Atwal, a one-time member of a Sikh separatist group that is banned in Canada and India as a terrorist organization, was convicted of attempting to kill Indian cabinet minister Malkiat Singh Sidhu on Vancouver Island in 1986.

He was also charged, but not convicted, in a 1985 attack on Ujjal Dosanjh, a staunch opponent of the Sikh separatist movement who later became B.C. premier and a federal Liberal cabinet minister.

Atwal said he has met and been photographed with New Democrats, Conservatives and Liberals, and has travelled to India without restriction.

Related: Atwal says he bowed out of event to save Trudeau embarrassment

Gemma Karstens-Smith, The Canadian Press

Like us on Facebook and follow us on Twitter.

Just Posted

Cherry Creek Shootout is a family affair

Alberni Men’s Club opens on Sunday

Kinder Morgan protest planned for Port Alberni

Protest is part of a nationwide movement on Friday, March 23

Get emergency prepared with workshop at Capitol Theatre

Emergency preparedness workshop will take place on Friday, Mar. 23

Beaver Creek home destroyed in early morning fire

A house on Beaver Creek Road and Wadena Road caught fire early Wednesday morning

BIZ BEAT: The Power of friendship leads to the Power of Three

Holistic health services available at the Studio on Third

Alberni Valley Curling Club hosts Mixed Bonspiel

Bonspiel is more than just a sporting event

B.C. Scientists witness first-ever documented killer whale infanticide

“It’s horrifying and fascinating at the same time.”

Charges formally laid against Nanaimo city manager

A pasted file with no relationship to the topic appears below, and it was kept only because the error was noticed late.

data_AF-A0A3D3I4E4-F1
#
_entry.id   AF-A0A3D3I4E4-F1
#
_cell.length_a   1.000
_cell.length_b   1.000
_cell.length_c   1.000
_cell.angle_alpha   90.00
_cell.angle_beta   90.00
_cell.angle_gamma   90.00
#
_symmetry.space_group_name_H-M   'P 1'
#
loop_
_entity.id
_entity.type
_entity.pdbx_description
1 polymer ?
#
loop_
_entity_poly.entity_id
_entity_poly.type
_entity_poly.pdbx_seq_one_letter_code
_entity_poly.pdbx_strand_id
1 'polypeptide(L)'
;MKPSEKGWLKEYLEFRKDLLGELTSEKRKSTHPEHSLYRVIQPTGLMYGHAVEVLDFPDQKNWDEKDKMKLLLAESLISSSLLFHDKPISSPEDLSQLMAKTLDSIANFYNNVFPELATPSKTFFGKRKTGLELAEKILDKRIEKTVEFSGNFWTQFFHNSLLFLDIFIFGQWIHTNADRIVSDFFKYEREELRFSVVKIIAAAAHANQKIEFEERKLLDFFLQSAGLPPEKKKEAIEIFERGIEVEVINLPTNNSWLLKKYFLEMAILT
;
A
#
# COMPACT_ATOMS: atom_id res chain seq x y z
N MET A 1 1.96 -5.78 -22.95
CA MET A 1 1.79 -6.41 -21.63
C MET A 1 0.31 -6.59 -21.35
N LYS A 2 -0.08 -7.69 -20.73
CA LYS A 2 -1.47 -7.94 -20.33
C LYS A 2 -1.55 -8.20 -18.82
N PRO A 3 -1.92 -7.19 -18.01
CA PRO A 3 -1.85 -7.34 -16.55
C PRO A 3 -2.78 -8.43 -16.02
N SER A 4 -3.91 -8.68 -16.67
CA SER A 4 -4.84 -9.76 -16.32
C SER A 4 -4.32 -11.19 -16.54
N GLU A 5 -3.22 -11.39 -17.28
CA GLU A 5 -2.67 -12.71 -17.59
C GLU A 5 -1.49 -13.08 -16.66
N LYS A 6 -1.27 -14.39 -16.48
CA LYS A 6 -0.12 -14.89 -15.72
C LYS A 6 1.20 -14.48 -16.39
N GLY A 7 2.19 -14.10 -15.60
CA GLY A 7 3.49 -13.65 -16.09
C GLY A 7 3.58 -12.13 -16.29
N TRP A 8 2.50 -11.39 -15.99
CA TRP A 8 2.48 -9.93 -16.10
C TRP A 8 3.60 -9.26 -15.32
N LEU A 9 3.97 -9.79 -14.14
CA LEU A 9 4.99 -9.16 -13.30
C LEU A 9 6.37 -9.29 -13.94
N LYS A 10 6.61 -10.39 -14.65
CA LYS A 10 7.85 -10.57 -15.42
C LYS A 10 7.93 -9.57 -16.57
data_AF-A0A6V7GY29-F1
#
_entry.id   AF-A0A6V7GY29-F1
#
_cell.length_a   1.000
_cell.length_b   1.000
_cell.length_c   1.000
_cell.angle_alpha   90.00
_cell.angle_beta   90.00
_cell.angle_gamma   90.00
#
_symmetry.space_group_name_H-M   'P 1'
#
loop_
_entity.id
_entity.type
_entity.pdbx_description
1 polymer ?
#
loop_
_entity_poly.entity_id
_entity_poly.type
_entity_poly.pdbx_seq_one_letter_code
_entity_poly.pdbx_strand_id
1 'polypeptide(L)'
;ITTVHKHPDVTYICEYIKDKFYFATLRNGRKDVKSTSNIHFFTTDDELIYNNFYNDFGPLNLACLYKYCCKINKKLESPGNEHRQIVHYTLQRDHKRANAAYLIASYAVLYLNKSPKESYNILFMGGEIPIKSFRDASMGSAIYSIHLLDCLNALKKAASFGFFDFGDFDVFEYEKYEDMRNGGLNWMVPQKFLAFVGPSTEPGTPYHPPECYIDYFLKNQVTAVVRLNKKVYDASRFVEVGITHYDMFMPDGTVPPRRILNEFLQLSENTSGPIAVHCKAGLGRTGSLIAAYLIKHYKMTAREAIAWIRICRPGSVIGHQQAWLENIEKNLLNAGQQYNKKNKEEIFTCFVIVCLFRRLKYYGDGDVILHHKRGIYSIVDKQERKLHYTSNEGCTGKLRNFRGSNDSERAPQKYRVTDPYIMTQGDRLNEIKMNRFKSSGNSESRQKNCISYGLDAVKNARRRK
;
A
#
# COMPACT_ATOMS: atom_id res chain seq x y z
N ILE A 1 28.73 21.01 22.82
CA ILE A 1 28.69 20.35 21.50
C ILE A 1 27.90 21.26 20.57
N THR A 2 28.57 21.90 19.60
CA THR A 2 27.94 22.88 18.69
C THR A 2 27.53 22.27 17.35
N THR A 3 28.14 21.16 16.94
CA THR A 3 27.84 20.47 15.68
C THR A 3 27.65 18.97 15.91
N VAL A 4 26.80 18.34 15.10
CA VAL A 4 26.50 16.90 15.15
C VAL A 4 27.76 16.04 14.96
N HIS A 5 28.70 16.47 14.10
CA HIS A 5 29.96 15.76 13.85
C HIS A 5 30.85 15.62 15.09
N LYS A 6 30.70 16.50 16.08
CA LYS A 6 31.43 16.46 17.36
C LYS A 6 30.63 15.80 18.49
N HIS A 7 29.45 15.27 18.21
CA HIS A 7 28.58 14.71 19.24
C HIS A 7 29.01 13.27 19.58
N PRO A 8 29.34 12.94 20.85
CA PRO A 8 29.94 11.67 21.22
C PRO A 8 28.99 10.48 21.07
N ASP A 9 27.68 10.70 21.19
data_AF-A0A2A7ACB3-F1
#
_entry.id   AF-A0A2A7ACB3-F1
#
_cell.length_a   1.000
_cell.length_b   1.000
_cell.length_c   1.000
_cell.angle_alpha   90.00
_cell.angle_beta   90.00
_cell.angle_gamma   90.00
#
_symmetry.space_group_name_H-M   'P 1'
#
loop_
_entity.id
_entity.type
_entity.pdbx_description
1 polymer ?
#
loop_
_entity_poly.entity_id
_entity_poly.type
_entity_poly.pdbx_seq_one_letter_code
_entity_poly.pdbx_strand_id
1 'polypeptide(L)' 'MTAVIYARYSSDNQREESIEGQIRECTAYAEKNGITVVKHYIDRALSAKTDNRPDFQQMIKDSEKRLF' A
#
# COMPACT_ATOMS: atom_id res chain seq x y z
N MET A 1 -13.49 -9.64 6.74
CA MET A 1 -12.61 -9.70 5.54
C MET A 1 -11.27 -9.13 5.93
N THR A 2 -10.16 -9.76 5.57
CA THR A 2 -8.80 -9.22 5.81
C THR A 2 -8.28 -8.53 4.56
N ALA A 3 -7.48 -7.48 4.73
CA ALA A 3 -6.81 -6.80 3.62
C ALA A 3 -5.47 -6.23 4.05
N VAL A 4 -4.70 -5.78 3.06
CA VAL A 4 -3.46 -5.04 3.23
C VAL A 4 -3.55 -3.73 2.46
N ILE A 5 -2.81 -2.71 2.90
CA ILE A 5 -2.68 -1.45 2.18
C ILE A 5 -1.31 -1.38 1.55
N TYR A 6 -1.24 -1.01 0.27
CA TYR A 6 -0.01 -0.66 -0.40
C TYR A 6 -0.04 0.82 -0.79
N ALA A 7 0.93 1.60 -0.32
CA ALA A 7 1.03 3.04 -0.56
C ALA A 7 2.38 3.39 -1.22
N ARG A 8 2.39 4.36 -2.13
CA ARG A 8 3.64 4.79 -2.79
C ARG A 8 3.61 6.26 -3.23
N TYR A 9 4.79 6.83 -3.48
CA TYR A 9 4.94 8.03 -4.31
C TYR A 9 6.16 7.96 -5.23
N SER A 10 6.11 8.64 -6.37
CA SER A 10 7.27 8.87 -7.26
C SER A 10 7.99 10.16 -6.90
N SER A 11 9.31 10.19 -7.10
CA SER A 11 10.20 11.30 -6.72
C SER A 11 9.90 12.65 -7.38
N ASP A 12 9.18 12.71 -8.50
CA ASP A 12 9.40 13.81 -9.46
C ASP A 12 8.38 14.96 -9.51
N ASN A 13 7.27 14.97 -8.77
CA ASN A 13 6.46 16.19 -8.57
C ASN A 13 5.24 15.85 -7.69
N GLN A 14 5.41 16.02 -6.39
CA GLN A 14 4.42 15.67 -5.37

City of Nanaimo CAO Tracy Renee Samra charged with fear of injury/damage by another person

Okanagan Falls winery showing international photo project

Liquidity Wines will be sole Canadian show of National Geographic’s Photo Ark

Lawyer for one suspect in beating of man with autism says he’s not guilty

Ronjot Singh Dhami will turn himself in, lawyer said

Liberals awarded $100,000 contract to man at centre of Facebook data controversy

Christopher Wylie says his voter-profiling company collected private information from 50 million Facebook users

Facebook’s Zuckerberg admits mistakes in privacy scandal

Zuckerberg admits to privacy scandal involving a Trump-connected data-mining firm, but no apology

UPDATE: Former B.C. city councillor sentenced nine months for sexual assault

Dave Murray, convicted this past fall, hired a private investigator to intrude on the victim’s life.

Online threat to U.S. high school traced to Canadian teen

A 14-year-old girl has been charged in connection with an online threat against a high school

Most Read